The Triumph of Seeds: How Grains, Nuts, Kernels, Pulses, and Pips Conquered the Plant Kingdom and Changed Human History, by Thor Hansen

Good science writing is a joy. Good popular science needs to be factual, broad, well-researched, and written in a style that’s easy to grasp without a PhD to match the author’s. This book fulfills all those criteria and on a subject you wouldn’t normally guess would be so fascinating.

Thor Hansen covers a wide range of seed lore, from those that feed us to those that can kill us. In between he talks about their evolution, man-manipulated GMOs, and high-impact seeds from wheat to coffee beans, trees to molds, coconuts to orchids. As part of the adventure he takes the reader to forest, jungles, and deserts as well as interviewing specialists regarding each new category. He even travels to the wheat fields in the “Palouse” region of my state and discusses how viewing a square foot of seemingly empty soil can reveal seeds from dozens of different plants.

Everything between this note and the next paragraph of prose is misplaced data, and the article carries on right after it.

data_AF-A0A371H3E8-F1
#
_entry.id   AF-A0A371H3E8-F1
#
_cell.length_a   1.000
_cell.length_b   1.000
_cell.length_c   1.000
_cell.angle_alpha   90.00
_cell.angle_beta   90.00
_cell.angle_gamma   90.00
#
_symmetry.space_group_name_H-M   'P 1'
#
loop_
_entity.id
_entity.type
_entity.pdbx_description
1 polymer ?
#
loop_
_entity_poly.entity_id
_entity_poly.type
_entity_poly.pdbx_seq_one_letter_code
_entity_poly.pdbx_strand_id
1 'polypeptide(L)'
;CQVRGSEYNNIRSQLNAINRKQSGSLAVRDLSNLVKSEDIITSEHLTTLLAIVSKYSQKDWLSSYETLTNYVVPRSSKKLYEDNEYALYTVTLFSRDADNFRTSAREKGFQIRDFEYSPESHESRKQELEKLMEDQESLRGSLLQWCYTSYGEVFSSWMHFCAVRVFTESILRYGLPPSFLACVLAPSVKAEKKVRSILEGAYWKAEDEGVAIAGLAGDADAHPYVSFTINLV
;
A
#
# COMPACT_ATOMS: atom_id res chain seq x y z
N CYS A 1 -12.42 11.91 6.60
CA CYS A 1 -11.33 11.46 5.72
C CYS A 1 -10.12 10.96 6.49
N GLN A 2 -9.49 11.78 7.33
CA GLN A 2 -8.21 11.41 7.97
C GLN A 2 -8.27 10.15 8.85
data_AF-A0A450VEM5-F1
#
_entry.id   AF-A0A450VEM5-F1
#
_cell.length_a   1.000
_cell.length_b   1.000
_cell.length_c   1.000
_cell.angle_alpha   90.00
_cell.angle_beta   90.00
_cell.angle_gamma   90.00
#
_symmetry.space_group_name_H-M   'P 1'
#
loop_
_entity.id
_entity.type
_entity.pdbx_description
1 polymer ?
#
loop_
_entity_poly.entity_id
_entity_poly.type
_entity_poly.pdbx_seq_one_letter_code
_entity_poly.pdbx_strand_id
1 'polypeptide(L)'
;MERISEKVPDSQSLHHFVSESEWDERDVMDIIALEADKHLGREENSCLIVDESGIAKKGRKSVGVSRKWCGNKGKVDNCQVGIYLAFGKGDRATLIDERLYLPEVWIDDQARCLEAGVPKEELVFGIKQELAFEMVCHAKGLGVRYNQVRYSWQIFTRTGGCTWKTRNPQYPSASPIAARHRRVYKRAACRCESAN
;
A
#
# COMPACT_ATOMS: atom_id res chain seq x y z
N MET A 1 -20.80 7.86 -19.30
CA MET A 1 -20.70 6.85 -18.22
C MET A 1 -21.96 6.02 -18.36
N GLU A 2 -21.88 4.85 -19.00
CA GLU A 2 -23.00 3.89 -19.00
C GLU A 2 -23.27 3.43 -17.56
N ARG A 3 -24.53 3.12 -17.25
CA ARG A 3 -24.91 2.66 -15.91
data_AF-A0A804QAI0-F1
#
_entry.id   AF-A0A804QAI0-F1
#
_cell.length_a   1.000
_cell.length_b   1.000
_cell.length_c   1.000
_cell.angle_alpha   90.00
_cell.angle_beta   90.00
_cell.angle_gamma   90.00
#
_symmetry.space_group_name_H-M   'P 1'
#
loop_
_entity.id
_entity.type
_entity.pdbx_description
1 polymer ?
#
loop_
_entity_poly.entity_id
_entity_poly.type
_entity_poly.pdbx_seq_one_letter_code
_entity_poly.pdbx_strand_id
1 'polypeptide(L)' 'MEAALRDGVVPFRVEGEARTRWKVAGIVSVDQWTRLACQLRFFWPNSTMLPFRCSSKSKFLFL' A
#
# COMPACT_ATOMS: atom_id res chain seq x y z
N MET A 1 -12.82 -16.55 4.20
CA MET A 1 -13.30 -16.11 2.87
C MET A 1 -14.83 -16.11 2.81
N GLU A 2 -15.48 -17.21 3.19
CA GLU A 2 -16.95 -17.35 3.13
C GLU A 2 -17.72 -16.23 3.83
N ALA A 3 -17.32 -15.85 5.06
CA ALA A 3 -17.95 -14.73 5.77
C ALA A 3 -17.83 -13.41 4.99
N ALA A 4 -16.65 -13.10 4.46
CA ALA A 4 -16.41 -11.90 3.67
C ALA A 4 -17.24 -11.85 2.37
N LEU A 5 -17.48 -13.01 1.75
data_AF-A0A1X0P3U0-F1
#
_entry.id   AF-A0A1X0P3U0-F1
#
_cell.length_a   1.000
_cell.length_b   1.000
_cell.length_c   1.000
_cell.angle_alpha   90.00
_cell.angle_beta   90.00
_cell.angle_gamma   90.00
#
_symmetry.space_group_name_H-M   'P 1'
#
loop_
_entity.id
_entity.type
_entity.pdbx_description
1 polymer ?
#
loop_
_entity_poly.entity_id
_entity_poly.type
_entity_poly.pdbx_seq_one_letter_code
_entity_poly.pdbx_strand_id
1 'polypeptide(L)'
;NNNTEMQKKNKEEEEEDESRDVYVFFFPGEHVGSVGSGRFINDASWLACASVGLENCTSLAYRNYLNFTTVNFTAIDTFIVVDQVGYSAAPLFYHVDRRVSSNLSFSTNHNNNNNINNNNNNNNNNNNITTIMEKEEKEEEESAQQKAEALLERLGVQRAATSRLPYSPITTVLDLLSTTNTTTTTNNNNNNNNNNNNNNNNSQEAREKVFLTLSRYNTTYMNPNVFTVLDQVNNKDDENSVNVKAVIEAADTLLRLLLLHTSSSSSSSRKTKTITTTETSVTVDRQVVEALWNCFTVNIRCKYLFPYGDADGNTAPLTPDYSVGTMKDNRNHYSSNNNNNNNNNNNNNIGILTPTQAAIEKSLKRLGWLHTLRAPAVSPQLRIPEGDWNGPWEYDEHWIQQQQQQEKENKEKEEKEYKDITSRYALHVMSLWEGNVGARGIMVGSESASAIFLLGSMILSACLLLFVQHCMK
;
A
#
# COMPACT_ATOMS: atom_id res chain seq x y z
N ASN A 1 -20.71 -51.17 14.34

The book is an intellectual adventure, too, in investigating questions about seeds most of us would never think to ask and then answering those as well as possible. Fun ideas include: coffee and other plants produce caffeine, a plant poison, to clear away an area of competitors; the “heat” of peppers increase and decrease depending on climate and the type of pests they need to fight. Sexual reproduction was a unique introduction to the plant world, starting with trees like ginkgos and successfully spreading throughout the kingdom. Plant sexuality made the kingdom more dynamic and adaptable. It also provided humans with the tools to do select plant breeding to increase yield and nutrition in food plants.

This is a fun read for any cook or gardener, and an easy enough read for high school and above.